There were several African American Revolutionary War heroes that made major contributions on and off the battlefield, but not all of them fought for the Colonists.
Seymour Burr was an African-American slave from Connecticut. Prior to the war, he was owned by Aaron Burr’s brother. When war broke out, the British military promised personal freedom to any slave who enlisted. According to “The Federalist Papers,” Burr attempted to enlist in the British army, but was quickly caught and returned to his owner.
Burr’s brother, who was also named Seymour, gave him another option: if Burr gave him the enlistment bounty given to him by the British and served in the Continental Army instead, he’d be given his freedom by the end of the war.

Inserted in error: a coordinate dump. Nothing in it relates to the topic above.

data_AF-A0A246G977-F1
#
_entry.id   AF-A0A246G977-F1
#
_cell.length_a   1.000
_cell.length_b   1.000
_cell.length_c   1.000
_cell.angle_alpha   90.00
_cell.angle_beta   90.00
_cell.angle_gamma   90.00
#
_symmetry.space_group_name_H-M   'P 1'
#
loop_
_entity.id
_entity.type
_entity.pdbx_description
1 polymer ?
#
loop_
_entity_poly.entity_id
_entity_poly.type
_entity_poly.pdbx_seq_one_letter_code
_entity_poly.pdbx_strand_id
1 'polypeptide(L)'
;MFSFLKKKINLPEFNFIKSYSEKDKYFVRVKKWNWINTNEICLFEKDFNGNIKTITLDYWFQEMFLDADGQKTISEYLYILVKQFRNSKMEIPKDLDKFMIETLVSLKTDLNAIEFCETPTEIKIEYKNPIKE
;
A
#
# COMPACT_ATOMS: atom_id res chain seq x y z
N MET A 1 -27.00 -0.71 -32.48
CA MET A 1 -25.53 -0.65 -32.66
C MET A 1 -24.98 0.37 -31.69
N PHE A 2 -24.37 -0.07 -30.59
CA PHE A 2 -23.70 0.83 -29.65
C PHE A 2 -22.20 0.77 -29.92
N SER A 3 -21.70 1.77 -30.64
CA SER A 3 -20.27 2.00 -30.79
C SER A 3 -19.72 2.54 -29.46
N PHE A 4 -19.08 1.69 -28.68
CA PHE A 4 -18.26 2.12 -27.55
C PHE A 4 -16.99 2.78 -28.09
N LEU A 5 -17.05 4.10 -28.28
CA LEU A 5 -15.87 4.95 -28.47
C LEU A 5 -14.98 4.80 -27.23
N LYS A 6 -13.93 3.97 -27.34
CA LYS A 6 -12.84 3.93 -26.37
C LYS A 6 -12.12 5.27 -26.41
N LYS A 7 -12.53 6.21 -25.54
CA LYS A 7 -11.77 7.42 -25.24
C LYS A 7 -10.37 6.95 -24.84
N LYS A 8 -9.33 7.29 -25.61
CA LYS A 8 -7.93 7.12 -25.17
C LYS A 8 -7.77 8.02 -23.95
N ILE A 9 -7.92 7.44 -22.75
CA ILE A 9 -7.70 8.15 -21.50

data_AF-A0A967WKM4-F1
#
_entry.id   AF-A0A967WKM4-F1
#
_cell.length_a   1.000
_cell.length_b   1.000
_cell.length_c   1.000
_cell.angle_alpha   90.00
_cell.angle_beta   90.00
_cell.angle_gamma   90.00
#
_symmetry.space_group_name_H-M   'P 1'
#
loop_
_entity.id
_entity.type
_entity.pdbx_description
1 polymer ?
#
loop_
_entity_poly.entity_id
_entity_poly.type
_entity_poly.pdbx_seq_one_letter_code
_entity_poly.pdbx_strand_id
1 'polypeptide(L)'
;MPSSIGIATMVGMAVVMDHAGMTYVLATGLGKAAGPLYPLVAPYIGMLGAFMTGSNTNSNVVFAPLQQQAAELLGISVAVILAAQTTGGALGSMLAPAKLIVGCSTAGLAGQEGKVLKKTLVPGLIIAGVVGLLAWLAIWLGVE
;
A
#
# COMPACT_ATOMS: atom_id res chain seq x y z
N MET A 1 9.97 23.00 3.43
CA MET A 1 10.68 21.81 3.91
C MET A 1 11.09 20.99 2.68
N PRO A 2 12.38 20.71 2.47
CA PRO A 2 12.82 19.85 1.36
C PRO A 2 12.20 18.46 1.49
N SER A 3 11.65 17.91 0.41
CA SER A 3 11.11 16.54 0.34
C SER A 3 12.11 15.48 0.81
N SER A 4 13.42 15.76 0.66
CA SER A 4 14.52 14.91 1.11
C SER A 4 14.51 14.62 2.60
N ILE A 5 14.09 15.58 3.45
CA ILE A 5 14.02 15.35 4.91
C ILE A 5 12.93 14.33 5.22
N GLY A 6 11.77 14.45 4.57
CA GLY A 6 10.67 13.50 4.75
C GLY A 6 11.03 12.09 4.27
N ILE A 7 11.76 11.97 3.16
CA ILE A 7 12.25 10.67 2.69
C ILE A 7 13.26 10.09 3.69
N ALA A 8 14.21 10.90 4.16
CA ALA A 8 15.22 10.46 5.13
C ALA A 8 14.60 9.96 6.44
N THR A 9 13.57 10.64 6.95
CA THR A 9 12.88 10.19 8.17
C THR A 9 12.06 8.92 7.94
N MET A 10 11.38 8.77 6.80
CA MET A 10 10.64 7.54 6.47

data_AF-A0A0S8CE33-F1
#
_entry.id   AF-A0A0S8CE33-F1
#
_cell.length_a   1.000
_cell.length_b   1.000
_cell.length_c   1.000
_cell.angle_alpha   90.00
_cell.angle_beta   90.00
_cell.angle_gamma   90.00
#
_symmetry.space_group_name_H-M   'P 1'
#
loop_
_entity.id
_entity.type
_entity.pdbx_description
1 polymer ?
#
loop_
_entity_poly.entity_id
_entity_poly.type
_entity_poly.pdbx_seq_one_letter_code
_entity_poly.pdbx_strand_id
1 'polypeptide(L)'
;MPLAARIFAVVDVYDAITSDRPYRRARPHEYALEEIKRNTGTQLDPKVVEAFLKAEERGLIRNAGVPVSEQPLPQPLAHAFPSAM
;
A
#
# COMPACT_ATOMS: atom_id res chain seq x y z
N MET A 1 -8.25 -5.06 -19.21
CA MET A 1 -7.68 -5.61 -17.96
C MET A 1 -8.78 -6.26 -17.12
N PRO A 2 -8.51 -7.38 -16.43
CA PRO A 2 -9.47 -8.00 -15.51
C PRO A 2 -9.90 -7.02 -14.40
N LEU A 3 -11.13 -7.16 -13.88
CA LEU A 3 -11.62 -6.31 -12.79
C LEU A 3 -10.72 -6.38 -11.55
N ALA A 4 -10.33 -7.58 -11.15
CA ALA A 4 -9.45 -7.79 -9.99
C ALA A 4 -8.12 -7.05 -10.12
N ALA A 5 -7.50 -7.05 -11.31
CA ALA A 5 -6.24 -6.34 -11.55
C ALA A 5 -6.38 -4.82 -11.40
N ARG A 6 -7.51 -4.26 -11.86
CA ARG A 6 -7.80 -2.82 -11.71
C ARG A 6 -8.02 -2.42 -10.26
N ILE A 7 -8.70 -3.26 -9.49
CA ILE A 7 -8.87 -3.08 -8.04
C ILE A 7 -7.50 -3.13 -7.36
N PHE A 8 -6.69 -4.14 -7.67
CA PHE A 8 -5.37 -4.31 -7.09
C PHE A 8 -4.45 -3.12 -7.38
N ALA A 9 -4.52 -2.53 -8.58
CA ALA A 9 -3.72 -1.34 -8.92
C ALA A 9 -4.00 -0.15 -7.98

He fought at Bunker Hill and Fort Catskill, and endured the long, hard winter at Valley Forge. In April 1781, Seymour Burr elisted in the Seventh Connecticut Regiment.
After the war, his owner kept his word and was awarded his freedom. He was given a government pension for his contributions to the revolution, and he married the daughter of a woman from the Ponkapoag tribe in 1805.